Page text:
Cappuccino Creek Ranch was run by the Hellion couple. Jabez and Portia were their names. Jabez was an older man in his mid-60s. He had a thick European accent of some sort, making it nearly impossible to understand a conversation with him over the phone, or really, in person. That summer he didn’t do much for the ranch, but make up stories about his life that he started to believe after years of sharing them. He enjoyed making his staff feel incompetent as well. Portia was also quite the character. She was in her mid-50s, but looked much older. She was chubby and wrinkles were starting to take over her face. Her voice was hoarse and winey. That summer she surely knew how to point out every single mistake that staff, and guests alike, made. She was very self-righteous. Quite like her husband, she also enjoyed story-telling.
Even though Jabez and Portia were crazy, they weren’t stupid. They worked with a program called CCUSA (Camp Counselors USA). This company sent over the majority of that summer’s staff from Europe. They were on contract to stay the whole summer, or they wouldn’t get paid.
The staff was basically a group of misfits. I was the Christian girl from Minne-soh-tah. Mr. Charming, somehow related to Portia and Jabez, traveled all the way from a faraway land to help manage the ranch. He was in his early 50s, a big rugby player, with shaggy blonde hair and such a thick accent that some guests had trouble understanding (Mr. Charming stars in the story i wish was not my own). Justin was a wrangler, perfectly fitting the role of the troubled-cowboy. He was a handsome and kind guy with horse-sense by day and a troubled soul by night. Asher, also a wrangler, was a typical fun-loving, down-to-earth guy. He always was up for a good party at night. Jack, a middle-aged maintenance man, true to his name loved him some Jack Daniels alongside his Jesus. (Mentioned as the other Christian on the ranch in: The Dude Ranch [Email] Diaries: First Night.) Brennan was another maintenance man. He was a larger-built man in his mid-20s; a father of one daughter of whom he had restricted visits to see. Calla was practically perfect in every way – a tall, beautiful blonde from Russia, who brought positive energy to whatever she was doing. She also captured the hearts of many staffers and guests alike. And then there was Nora.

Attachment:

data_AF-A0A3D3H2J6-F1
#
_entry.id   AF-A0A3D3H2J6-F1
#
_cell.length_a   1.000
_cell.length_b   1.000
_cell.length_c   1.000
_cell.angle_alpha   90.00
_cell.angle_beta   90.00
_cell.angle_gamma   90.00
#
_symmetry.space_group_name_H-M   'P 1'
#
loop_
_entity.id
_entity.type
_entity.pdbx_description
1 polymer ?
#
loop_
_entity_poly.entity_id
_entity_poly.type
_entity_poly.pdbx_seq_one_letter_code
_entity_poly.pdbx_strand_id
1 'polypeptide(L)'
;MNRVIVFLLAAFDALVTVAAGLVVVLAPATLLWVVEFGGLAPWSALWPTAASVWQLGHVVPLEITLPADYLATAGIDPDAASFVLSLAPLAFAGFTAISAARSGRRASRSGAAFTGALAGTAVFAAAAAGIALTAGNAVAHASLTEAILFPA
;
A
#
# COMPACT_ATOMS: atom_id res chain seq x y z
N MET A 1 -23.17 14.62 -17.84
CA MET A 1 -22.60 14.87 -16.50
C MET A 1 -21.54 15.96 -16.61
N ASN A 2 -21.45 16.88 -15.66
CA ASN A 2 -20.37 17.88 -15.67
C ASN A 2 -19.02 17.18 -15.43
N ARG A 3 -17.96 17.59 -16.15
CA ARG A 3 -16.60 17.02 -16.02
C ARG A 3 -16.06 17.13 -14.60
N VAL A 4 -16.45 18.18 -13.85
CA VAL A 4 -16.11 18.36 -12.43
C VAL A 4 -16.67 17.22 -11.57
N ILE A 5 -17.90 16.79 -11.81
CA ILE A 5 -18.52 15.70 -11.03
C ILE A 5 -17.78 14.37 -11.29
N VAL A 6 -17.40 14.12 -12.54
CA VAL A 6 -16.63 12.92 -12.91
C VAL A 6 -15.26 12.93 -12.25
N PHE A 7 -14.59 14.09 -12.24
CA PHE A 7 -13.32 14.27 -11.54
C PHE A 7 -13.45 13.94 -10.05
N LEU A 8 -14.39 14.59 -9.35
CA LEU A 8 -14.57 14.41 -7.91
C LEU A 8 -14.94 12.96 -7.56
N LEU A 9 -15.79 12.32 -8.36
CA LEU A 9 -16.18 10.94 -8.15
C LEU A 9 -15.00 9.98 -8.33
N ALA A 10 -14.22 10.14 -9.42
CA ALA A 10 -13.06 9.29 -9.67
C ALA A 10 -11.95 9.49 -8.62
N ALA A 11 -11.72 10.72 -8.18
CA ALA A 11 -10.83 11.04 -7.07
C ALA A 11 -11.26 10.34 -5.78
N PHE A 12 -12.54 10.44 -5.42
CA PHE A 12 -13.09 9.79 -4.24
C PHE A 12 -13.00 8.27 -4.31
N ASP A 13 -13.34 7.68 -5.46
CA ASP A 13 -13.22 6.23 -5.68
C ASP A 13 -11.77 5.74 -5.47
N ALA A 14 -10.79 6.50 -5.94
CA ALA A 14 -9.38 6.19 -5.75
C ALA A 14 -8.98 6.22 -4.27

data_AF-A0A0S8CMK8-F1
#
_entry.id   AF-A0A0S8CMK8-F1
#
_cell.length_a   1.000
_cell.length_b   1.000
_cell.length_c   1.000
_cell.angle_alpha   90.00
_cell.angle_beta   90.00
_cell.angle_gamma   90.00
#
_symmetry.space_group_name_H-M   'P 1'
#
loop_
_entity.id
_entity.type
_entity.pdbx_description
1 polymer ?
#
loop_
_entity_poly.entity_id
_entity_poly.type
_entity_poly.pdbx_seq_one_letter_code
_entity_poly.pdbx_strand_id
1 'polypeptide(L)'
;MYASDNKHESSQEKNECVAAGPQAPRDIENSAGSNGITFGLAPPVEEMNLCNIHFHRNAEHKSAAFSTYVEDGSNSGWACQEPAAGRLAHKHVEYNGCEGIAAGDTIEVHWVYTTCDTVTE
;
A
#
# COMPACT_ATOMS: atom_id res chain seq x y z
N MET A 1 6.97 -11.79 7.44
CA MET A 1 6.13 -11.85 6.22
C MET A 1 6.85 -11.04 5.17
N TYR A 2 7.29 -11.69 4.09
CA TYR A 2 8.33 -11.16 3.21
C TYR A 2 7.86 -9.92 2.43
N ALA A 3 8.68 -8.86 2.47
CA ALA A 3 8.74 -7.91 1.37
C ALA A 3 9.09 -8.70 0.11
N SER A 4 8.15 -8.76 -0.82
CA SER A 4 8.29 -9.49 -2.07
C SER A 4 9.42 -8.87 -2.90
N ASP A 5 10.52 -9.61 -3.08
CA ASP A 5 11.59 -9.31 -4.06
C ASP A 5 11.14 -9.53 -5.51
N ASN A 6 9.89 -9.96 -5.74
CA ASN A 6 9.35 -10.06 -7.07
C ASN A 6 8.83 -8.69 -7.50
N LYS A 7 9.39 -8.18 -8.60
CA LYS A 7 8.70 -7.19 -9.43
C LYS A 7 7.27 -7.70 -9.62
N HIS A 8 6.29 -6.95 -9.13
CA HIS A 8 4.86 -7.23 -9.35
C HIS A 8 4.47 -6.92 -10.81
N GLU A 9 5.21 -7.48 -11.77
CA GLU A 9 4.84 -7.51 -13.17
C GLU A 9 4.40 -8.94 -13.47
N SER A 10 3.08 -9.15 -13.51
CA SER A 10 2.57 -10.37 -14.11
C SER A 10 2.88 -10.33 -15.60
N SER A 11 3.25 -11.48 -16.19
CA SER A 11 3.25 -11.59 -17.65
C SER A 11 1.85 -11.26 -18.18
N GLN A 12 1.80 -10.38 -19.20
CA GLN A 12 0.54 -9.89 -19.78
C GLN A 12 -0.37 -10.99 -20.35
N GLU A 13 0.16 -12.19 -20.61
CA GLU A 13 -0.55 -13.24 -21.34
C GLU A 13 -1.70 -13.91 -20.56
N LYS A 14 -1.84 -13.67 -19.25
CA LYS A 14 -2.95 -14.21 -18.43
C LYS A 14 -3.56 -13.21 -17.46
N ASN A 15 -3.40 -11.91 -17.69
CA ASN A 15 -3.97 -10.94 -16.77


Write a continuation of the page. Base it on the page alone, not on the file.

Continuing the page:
Nora, short for Eleanora, is a Greek name meaning, “Light”.
Nora was from Holland, but wouldn’t fit the looks of a stereotypical Dutch girl. Her mother was from Indonesia and therefore she had tanned skin with long, silky black hair. Her eyes were a dark shade of brown. We ended up being roommates and always enjoyed our conversations together, whether they were deep or just making fun of our awful bosses.
Nora was my best friend on the ranch. It didn’t seem this way at the beginning, as I woke her up much too early during her first morning of jet lag. She had arrived at the ranch probably a few hours before this rude awakening. In my defense, I wasn’t warned about her, that she’d be sleeping in one of the guest cabins that I needed to clean. I quickly apologized and exited as swiftly as possible, thinking that my new co-worker might now hate me.
However, the complete opposite happened. We shared our commonalities and were interested in each other’s differences. Nora lost her father when she was 14 and I lost my father when I was 3. Because of her loss, Nora lost her faith in any sort of “all-loving God,” whereas my faith only grew strong for my Heavenly Father. Nora had gone through a few intimate relationships and I had yet to date. We both loved to sing. She was a phenomenal soloist, and I was more of a chorus-line singer, but we both thoroughly enjoyed belting out Disney songs, as well as the music stylings of Whitney Houston and some random country singers. She even got me to sing karaoke with her at one of the ranch’s weekly activities which was way out of my comfort zone, but completely worth it!